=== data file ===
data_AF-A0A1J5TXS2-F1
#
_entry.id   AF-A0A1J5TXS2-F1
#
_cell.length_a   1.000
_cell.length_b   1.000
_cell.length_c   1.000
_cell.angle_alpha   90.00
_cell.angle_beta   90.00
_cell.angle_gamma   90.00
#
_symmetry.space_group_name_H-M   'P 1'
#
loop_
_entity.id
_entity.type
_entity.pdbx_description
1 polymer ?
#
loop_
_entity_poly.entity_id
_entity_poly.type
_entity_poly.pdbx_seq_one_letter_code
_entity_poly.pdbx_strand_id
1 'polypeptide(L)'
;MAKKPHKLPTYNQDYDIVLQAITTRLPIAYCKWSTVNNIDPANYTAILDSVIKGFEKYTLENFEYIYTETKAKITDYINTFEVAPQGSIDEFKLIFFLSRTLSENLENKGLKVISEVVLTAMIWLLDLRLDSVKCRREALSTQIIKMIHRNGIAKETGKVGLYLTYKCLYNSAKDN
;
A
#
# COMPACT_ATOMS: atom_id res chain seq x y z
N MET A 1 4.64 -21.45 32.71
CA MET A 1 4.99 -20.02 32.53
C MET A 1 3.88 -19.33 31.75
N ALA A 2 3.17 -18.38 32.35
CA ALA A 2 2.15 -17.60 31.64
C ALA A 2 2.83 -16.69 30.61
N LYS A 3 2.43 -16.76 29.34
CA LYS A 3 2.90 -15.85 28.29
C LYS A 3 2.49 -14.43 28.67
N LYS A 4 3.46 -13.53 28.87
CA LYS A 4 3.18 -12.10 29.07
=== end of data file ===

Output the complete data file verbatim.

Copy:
data_AF-A0A1J5TXS2-F1
#
_entry.id   AF-A0A1J5TXS2-F1
#
_cell.length_a   1.000
_cell.length_b   1.000
_cell.length_c   1.000
_cell.angle_alpha   90.00
_cell.angle_beta   90.00
_cell.angle_gamma   90.00
#
_symmetry.space_group_name_H-M   'P 1'
#
loop_
_entity.id
_entity.type
_entity.pdbx_description
1 polymer ?
#
loop_
_entity_poly.entity_id
_entity_poly.type
_entity_poly.pdbx_seq_one_letter_code
_entity_poly.pdbx_strand_id
1 'polypeptide(L)'
;MAKKPHKLPTYNQDYDIVLQAITTRLPIAYCKWSTVNNIDPANYTAILDSVIKGFEKYTLENFEYIYTETKAKITDYINTFEVAPQGSIDEFKLIFFLSRTLSENLENKGLKVISEVVLTAMIWLLDLRLDSVKCRREALSTQIIKMIHRNGIAKETGKVGLYLTYKCLYNSAKDN
;
A
#
# COMPACT_ATOMS: atom_id res chain seq x y z
N MET A 1 4.64 -21.45 32.71
CA MET A 1 4.99 -20.02 32.53
C MET A 1 3.88 -19.33 31.75
N ALA A 2 3.17 -18.38 32.35
CA ALA A 2 2.15 -17.60 31.64
C ALA A 2 2.83 -16.69 30.61
N LYS A 3 2.43 -16.76 29.34
CA LYS A 3 2.90 -15.85 28.29
C LYS A 3 2.49 -14.43 28.67
N LYS A 4 3.46 -13.53 28.87
CA LYS A 4 3.18 -12.10 29.07